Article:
13 February 2017 - 21:40
News ID: 427361
A
Rasa - The recent visit by United States spy agency's chief to Saudi Arabia is bound to have negative consequences in the region.
Saudi CIA

RNA - On Friday, Mike Pompeo was in the Saudi capital Riyadh where he presented Crown Prince Mohammed bin Nayef with a CIA award for his so-called contribution in fighting terrorism.

 

Nayef who is also the Saudi deputy premier and interior minister was awarded the George Tenet award, named after the former CIA director under Bill Clinton and George W Bush.

 

While receiving the award, Nayef boasted that the US-Saudi ties are “strong and historic,” adding that nothing would come between them or damage their ties.

 

CIA awards Saudi Crown Prince for terrorism

 

The award prompted criticism in many quarters as the Saudi regime's official religious ideology is Wahhabism, which is a source of inspiration for all Takfiri terrorist groups in the world such as ISIS, al Qaeda, Boko Haram, Al Shaba and Taliban. The Saudi regime also provides ideological, financial and military support for Takfiri terrorist groups operating against legitimate governments in Syria and Iraq as well as for terrorists conducting sporadic attacks in other parts of the world.

 

CIA is awarding Saudis for supposed anti-terrorism efforts while in a 2014 email released by WikiLeaks last October, during her term as Secretary of State Hillary Clinton wrote about Saudi Arabia’s funding of ISIS: “While this military/paramilitary operation is moving forward, we need to use our diplomatic and more traditional intelligence assets to bring pressure on the governments of Qatar and Saudi Arabia, which are providing clandestine financial and logistic support to ISIS...”

 

Consequences of CIA Chief visit to Saudi Arabia

 

One of the first consequences of the visit by the CIA chief to Saudi Arabia is the continuation of US backed terrorism in the region this time under the watch of the new Donald Trump's administration.

 

Receiving an award from the CIA was an implicit endorsement of Nayef as the successor of Saudi King Salman and all indications are that Washington is strategizing on continuing to exert influence in the tribal monarchy beyond the current ailing and aging ruler. It remains to be seen whether this CIA apparent endorsement of Nayef, the king's 56-year-old nephew, will end his covert power struggle with the younger Deputy Crown Prince Mohammed bin Salman, King Salman's son.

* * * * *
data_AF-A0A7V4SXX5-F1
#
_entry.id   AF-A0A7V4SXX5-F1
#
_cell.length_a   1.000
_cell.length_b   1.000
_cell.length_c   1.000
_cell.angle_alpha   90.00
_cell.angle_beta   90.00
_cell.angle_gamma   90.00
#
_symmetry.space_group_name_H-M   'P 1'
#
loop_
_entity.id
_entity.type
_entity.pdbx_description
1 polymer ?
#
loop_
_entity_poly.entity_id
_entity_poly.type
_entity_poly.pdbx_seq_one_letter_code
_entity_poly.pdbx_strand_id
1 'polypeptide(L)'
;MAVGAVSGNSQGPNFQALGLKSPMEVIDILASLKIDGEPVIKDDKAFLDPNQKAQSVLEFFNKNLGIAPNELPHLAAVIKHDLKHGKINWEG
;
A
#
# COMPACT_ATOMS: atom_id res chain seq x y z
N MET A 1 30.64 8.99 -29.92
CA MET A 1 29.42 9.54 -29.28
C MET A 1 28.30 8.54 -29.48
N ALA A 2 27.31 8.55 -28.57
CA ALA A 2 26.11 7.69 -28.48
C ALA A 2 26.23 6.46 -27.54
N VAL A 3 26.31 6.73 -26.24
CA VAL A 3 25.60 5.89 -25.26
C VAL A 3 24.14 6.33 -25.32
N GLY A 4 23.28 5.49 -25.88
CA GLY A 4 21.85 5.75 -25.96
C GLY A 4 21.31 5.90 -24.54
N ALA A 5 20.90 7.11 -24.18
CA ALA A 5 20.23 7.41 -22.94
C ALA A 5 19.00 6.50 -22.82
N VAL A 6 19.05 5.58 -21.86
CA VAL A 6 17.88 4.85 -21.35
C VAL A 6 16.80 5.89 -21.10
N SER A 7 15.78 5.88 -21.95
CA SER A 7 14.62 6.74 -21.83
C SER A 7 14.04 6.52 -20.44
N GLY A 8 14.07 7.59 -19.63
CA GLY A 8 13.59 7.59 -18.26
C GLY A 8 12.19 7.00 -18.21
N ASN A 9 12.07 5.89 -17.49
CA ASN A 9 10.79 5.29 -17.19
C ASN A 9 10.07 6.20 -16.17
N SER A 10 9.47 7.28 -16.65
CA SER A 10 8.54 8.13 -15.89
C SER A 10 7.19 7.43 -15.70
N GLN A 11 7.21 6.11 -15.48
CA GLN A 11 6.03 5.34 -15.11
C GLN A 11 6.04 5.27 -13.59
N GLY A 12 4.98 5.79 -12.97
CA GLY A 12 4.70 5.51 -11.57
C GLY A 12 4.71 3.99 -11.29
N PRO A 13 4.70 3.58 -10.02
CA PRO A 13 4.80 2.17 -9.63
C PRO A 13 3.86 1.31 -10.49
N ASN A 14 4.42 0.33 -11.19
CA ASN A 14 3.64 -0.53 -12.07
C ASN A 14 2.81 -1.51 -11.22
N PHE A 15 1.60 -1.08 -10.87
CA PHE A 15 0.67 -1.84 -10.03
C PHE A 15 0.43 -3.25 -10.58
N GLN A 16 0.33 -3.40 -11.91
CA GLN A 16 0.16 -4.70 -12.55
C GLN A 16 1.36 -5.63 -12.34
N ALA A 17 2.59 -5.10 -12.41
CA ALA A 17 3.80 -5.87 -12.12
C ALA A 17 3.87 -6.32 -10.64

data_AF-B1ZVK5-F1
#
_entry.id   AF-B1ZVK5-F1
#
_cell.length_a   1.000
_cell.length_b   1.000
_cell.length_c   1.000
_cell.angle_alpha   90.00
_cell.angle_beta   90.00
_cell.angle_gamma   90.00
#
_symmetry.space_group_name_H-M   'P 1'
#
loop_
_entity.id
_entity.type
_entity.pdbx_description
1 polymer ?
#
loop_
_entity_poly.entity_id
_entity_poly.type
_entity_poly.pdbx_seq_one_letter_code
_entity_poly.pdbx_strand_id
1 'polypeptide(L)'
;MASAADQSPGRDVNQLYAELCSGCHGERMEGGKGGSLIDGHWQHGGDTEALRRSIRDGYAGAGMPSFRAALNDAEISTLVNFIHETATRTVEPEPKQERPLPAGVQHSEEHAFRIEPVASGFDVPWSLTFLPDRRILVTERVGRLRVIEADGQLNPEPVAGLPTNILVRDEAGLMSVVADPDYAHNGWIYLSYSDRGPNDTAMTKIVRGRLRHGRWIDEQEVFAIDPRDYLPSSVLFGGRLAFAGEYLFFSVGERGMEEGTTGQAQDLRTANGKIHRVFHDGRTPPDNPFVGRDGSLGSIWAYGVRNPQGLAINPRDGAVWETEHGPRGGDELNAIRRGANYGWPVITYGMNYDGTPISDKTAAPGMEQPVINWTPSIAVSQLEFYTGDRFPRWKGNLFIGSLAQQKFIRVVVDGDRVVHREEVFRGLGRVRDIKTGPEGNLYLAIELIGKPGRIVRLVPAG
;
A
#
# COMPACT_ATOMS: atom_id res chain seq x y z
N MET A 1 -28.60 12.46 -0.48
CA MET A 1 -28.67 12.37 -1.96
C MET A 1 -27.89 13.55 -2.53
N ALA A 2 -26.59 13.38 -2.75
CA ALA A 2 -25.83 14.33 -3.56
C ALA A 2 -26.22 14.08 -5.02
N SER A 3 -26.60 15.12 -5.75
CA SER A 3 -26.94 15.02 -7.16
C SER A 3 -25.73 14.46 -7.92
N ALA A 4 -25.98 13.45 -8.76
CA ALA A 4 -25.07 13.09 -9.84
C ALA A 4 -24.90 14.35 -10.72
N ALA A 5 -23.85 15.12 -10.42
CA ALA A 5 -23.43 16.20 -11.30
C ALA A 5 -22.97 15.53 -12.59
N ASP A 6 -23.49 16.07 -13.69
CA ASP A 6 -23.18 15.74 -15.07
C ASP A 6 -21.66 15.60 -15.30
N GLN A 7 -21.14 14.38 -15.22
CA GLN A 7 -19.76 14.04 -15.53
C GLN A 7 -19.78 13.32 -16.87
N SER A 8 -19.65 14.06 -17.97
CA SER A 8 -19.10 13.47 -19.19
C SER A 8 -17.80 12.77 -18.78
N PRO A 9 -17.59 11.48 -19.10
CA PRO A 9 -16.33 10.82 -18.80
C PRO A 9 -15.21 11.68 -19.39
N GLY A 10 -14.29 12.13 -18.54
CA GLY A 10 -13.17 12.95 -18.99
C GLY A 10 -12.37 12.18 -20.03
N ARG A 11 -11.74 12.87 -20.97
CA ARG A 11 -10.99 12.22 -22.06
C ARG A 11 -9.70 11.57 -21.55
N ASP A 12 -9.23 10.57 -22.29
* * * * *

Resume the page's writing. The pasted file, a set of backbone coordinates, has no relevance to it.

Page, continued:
Another factor which comes out of Pompeo's visit to Saudi Arabia relates to Justice Against Sponsors of Terrorism Act (JASTA), that legitimizes lawsuits by Americans regarding terrorist attacks committed on US soil. The US Congress passed the legislation in September, overriding US President Barack Obama’s veto of JASTA. The law paves way for lawsuits seeking damages from the Saudi regime regarding the 9/11 terrorist attacks. Former FBI agent John Guandolo, who worked on  9/11 and related al-Qaeda cases out of the bureau’s Washington field office, says Prince Bandar bin Sultan bin Abdulaziz Al Saud , former Saudi Ambassador to the US should have been a key suspect in the 9/11 probe.

 

He notes that bin Sultan should be treated as a terrorist suspect, as should other members of the Saudi elite class who the US administration knows are currently funding the global terrorism. The visit by Pompeo to Riyadh was an assurance to Saudis that JASTA will not be implemented as envisaged and that no terrorism linked Saudi prince will be brought to justice in the US.

 

Confronting Iran

 

Another major agenda during the visit by the CIA chief to Riyadh was to exchange notes with the Saudi regime on how to confront Iran, which is leading war on terror in the West Asia region. In an article appearing on Al Monitor last January, Bruce Riedel an Asian affairs analyst pointed out that it would make Washington and Riyadh to take steps to reassure each other in their supposed war on terrorism. He added that the CIA director under Obama, John Brennan was the point man for cooperation with Mohammed bin Nayef. His article published on 22nd January advised the new CIA chief to pay an early visit to Riyadh to assure the Saudi leadership that cooperation against the terrorist threat and Iran will continue. Saudi-backed Iranophobia is now expected to move to new heights after the CIA chief's visit to Riyadh.

 

Considering that Saudi Arabia has been a major destabilizing factor in the region through its backing of Takfiri terrorist groups, Trump's administration support for the Riyadh regime implies that the security crisis in West Asia will worsen and terrorism will spread under the watch of Trump.

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